Apart from being a nutritious and energy providing food, the medicinal value of honey has been around for many years, and was known since ancient times to be antimicrobial and antibacterial. It was used by Greek, Roman, Egyptian and Chinese healers to treat diseases of the gut such as gastric ulcers and as a remedy for earaches, sore throat and coughs while in India, lotus honey was used to treat eye infections. Honey treats infections and heals wounds, including burns as well as insect stings and boils.
The application of honey can help heal infected wounds that do not respond to antibiotics and antiseptics. The viscosity of honey keeps wounds moist and provides a barrier to prevent infection. Honey treats psoriasis, helps with wound cleaning and tissue regeneration. Several recent studies have also shown honey to reduce the progression of cancer.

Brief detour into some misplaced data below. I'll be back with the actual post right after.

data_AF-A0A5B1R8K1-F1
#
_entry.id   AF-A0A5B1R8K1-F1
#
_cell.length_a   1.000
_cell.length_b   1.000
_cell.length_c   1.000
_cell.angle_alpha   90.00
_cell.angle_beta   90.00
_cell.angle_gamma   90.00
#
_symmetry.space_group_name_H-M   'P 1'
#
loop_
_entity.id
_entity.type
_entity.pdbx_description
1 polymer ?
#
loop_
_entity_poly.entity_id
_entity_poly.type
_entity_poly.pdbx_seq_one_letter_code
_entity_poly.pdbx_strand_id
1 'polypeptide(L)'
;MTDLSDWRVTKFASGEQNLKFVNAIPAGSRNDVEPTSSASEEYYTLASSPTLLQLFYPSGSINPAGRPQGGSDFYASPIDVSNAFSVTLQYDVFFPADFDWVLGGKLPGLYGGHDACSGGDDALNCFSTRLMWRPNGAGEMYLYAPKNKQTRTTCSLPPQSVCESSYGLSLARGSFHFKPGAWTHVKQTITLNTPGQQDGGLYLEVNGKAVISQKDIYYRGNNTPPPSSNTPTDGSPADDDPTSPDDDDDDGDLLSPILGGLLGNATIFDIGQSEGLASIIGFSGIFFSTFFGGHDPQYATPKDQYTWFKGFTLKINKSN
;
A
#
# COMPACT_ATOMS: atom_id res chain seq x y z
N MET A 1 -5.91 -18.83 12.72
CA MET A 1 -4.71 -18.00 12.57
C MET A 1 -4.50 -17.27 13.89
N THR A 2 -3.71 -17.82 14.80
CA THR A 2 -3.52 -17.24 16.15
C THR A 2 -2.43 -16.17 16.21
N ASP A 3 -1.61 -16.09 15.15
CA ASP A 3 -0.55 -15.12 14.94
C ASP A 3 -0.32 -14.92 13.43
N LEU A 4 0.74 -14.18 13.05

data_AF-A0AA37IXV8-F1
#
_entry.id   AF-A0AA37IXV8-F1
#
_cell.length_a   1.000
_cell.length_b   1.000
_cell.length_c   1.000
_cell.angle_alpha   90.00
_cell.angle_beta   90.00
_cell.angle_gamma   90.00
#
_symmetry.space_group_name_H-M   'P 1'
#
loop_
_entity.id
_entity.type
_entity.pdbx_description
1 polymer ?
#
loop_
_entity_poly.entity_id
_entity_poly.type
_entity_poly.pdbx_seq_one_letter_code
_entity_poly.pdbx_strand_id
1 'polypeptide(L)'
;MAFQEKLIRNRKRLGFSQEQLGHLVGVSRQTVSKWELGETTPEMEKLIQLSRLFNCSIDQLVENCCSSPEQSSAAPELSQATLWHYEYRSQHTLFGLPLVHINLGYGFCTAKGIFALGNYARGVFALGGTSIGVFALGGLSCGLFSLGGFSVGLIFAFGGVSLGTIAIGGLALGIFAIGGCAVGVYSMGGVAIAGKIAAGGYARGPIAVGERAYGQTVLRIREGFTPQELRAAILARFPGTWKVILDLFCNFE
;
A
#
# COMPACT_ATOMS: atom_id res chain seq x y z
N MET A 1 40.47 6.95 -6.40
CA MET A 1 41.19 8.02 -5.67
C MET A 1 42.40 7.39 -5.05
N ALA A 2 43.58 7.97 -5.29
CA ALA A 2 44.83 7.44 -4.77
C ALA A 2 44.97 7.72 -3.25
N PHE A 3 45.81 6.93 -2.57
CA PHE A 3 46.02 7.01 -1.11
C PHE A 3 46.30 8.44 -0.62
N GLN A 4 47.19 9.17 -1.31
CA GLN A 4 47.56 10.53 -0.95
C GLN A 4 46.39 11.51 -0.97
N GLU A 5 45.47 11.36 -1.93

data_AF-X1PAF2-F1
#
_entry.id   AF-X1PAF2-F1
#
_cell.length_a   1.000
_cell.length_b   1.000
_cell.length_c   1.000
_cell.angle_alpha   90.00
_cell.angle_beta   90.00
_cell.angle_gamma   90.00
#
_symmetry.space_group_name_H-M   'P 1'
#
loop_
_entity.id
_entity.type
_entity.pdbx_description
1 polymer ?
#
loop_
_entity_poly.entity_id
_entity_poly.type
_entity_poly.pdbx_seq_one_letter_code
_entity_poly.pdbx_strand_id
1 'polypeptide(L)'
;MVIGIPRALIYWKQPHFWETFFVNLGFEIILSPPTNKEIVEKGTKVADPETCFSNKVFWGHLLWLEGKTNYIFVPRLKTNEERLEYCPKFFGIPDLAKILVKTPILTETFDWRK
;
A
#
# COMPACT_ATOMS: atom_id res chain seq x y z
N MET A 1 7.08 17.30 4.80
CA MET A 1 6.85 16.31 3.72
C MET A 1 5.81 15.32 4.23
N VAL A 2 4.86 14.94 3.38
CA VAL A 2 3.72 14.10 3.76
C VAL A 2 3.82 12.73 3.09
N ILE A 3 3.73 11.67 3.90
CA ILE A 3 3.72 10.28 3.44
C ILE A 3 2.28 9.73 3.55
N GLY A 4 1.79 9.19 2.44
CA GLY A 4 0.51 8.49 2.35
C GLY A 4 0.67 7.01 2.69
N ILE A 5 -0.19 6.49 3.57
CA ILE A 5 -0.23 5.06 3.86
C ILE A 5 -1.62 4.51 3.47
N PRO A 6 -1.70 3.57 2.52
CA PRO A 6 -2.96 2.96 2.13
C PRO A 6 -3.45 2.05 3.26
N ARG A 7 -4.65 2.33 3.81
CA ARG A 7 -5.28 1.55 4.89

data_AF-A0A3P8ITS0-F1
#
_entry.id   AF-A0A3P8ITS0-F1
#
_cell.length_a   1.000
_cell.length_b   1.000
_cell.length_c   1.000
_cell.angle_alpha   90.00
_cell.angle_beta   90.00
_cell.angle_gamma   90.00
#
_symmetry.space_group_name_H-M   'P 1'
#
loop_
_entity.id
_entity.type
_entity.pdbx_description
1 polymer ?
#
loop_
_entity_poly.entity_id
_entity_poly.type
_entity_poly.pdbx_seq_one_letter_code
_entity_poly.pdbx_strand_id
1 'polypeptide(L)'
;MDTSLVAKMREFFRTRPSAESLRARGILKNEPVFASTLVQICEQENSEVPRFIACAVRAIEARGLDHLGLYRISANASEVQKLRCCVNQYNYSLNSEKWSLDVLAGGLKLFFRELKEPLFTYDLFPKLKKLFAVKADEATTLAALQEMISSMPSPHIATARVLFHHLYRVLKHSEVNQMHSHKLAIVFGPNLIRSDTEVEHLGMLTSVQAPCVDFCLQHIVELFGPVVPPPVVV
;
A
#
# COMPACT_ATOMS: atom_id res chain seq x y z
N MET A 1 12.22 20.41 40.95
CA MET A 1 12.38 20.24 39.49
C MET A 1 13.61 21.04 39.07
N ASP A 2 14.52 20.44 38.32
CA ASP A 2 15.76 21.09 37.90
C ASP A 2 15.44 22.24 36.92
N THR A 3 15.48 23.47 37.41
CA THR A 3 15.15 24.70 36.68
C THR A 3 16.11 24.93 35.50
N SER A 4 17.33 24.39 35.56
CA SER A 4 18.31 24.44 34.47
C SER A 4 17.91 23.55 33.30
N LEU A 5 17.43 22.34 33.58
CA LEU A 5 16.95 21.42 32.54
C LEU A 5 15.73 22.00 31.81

Medical grade honeys have powerful bactericidal activity against antibiotic-resistant bacteria that can cause life-threatening infections to humans. However, the antimicrobial properties vary according to the source of nectar. Honey used for medicinal or therapeutic purposes should be minimally processed, filtered but not heated. Certain honeys such a manuka can be marketed specifically as human remedies due to their special plant source and resulting unique properties.
By Marinda Louw